Justice Bawden's practice was devoted to criminal defence. He frequently acted as counsel in murder cases and has been a guest speaker on homicide-related topics at Crown educational conferences, the Law Society of Upper Canada, the Criminal Lawyers' Association, and the Ontario Police College. Justice Bawden has also been an active participant in continuing legal education. He has been both an instructor and a judge at the Osgoode Hall Intensive Trial Advocacy Workshop, as well as a guest editor of the Community Legal Education Manual. He was a Director of the Toronto Lawyers Association and sat on the Area Committee of Legal Aid Ontario prior to his appointment to the Superior Court.

The Honourable Karen Erlick

Justice Erlick received her Bachelor of Commerce from Queen’s University and then her Bachelor of Laws degree from Osgoode Hall Law School. She was called to the Ontario Bar in February of 2002. Justice Erlick began her career as a criminal defence lawyer with the firm of Greenspan, Humphrey, Lavine. In May of 2004, she joined the Downtown Toronto Crown Attorney’s office. In November of 2017, Justice Erlick was sworn in as a judge of the Ontario Court of Justice. She presides in Toronto.

Robin McKechney

Robin McKechney is a partner at Steinecke Maciura LeBlanc. Robin attended law school at Dalhousie University where he was awarded the Nova Scotia Law Foundation Scholarship. Robin graduated in 2000 and was called to the bar in Ontario in 2002.

Robin acts for provincial and federal regulators as prosecuting counsel and independent legal counsel for various administrative tribunals. Prior to joining Steinecke Maciura LeBlanc, Robin was a lawyer with Greenspan Humphrey Lavine, one of Canada’s pre-eminent criminal law firms where he specialized in white collar crime and related regulatory and administrative litigation. Included among the white collar cases on which Robin was counsel were the tainted blood trial (R. v. Armour Pharmaceuticals), the Royal Group trial (R. v. De Zen), and the Nortel trial (R. v. Dunn).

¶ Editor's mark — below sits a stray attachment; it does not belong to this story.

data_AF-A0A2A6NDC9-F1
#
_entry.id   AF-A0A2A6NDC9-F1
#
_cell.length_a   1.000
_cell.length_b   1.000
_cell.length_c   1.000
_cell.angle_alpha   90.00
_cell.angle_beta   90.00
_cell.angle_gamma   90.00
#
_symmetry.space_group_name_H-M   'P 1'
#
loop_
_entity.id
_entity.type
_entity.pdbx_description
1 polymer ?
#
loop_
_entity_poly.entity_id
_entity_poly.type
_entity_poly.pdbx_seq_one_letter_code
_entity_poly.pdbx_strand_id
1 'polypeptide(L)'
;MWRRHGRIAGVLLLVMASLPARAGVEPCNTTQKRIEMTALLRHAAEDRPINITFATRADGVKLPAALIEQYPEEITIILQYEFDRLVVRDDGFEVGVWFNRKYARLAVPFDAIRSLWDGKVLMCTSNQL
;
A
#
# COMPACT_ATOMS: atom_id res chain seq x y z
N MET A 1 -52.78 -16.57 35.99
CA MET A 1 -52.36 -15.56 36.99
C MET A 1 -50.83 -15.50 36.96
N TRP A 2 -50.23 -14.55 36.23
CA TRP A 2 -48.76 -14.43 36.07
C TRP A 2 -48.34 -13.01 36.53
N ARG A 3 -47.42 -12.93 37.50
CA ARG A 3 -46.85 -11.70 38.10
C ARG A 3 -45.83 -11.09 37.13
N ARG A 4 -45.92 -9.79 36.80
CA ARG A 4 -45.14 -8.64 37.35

Robin is also an adjunct professor at Osgoode Hall Law School, where he teaches Evidence in both the J.D. and Common Law LL.M. programs. Robin has spoken on numerous Continuing Legal Education panels and conferences on topics including financial crimes, internal investigations, criminal procedure and trial preparation. Robin also frequently speaks at conferences across Canada and the United States on the topic of professional regulation.

The Honourable Benjamin Zarnett

Justice Benjamin Zarnett was born and raised in Toronto. He studied political science and philosophy at the University of Toronto before attending Osgoode Hall Law School, where he graduated as the Bronze Medalist in 1975. He was admitted to the Ontario Bar in 1977 and practiced trial and appellate advocacy until his appointment to the Court of Appeal for Ontario in November 2018.

During his career as a lawyer he handled cases ranging across a wide spectrum of issues including corporate, commercial and securities law, shareholder rights, pension rights, professional liability, class actions, insolvency law, taxation, real estate, intellectual property and broadcasting policy. His clients included individuals, law firms, court-appointed officers, companies, financial institutions, Crown corporations and public interest advocacy organizations. He was counsel in fifteen appeals in the Supreme Court of Canada and numerous cases before Ontario's appellate and trial courts, as well as appeals in the Federal Court of Appeal and the appellate courts of Quebec and Newfoundland and Labrador. At the time of his appointment he was a member of the litigation group at Goodmans LLP in Toronto, where he had been a partner since 1990.

He is a former President of the Advocates' Society and a Fellow of the American College of Trial Lawyers. For his contributions to the justice system, he was awarded the Law Society of Ontario Medal (its highest award) in 2006, the Toronto Lawyers Association Award of Distinction in 2007, and the Ontario Bar Association Award for Excellence in Civil Litigation in 2009.